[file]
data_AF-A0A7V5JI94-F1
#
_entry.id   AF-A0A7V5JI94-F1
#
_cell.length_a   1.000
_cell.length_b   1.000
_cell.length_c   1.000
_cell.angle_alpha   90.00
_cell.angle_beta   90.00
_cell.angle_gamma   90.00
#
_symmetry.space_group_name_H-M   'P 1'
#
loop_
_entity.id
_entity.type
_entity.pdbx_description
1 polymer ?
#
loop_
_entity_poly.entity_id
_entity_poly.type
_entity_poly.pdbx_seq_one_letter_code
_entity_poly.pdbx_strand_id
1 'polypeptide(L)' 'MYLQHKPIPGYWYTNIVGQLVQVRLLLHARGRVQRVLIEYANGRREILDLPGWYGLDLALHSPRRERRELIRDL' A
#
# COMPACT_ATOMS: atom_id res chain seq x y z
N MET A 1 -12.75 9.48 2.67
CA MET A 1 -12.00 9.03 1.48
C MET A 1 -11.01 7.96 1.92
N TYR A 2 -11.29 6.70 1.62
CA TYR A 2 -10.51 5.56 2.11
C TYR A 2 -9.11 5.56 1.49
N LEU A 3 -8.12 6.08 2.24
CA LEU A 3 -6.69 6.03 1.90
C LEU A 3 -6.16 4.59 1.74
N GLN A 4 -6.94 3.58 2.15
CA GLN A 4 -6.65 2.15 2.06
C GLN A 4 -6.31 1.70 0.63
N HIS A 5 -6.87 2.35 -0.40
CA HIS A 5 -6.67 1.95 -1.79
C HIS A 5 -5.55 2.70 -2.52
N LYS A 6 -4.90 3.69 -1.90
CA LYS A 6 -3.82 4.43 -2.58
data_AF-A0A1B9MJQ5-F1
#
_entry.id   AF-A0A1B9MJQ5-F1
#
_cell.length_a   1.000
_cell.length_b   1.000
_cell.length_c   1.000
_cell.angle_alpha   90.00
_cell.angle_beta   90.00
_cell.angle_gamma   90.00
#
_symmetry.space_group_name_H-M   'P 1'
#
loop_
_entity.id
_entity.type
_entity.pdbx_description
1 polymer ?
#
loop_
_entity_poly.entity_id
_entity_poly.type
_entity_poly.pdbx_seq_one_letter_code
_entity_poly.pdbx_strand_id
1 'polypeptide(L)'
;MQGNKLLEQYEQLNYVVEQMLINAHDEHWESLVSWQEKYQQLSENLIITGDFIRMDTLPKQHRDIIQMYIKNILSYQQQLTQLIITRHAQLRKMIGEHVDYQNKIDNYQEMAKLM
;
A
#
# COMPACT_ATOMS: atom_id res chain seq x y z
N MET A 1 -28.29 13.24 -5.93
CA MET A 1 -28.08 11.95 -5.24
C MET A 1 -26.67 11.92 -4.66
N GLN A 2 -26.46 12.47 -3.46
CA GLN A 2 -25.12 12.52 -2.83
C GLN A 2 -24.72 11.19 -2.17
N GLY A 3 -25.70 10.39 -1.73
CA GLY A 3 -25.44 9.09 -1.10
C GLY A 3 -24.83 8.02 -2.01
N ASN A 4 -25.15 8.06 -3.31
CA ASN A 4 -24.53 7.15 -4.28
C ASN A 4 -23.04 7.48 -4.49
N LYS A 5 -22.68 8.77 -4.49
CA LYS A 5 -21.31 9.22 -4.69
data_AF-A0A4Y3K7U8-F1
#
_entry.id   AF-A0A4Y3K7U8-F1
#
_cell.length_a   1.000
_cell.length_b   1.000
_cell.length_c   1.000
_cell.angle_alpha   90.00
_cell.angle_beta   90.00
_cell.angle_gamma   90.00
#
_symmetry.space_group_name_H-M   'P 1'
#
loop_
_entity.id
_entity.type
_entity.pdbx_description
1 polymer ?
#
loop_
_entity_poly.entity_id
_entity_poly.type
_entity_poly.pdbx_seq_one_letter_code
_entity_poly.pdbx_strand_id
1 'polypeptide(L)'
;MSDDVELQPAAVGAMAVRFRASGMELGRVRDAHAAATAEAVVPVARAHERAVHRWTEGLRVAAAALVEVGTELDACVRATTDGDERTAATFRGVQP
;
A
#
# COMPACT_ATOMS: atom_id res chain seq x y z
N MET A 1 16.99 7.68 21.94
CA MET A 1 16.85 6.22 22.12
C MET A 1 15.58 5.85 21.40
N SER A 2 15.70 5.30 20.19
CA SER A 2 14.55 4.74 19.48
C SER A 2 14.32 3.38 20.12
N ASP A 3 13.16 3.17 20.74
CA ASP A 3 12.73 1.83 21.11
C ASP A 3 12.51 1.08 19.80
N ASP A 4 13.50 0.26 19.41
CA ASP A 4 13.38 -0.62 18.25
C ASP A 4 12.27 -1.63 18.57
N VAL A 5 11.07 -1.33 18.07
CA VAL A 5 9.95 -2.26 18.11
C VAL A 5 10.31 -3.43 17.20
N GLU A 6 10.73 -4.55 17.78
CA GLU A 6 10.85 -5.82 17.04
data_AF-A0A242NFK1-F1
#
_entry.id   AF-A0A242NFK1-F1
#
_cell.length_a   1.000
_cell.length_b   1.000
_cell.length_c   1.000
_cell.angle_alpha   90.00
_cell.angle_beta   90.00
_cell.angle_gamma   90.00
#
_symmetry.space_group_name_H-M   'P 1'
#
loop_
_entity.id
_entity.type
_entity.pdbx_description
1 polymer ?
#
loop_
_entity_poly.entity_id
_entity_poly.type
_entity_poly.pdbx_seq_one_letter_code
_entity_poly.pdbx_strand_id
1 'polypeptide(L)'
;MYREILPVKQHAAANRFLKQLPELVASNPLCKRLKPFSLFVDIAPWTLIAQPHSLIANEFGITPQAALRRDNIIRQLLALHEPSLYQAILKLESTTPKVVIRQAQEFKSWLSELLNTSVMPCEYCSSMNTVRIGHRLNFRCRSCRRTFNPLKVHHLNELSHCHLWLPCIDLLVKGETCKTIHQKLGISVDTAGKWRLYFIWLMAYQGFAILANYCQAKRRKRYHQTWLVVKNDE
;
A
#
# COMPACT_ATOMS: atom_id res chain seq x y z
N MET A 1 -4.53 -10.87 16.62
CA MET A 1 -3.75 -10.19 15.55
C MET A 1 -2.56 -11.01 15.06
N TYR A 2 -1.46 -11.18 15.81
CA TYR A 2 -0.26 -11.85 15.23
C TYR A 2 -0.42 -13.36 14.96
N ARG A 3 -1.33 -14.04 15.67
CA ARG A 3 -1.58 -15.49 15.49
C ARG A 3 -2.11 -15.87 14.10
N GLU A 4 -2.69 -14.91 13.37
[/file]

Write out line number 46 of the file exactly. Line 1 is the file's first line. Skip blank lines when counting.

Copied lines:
#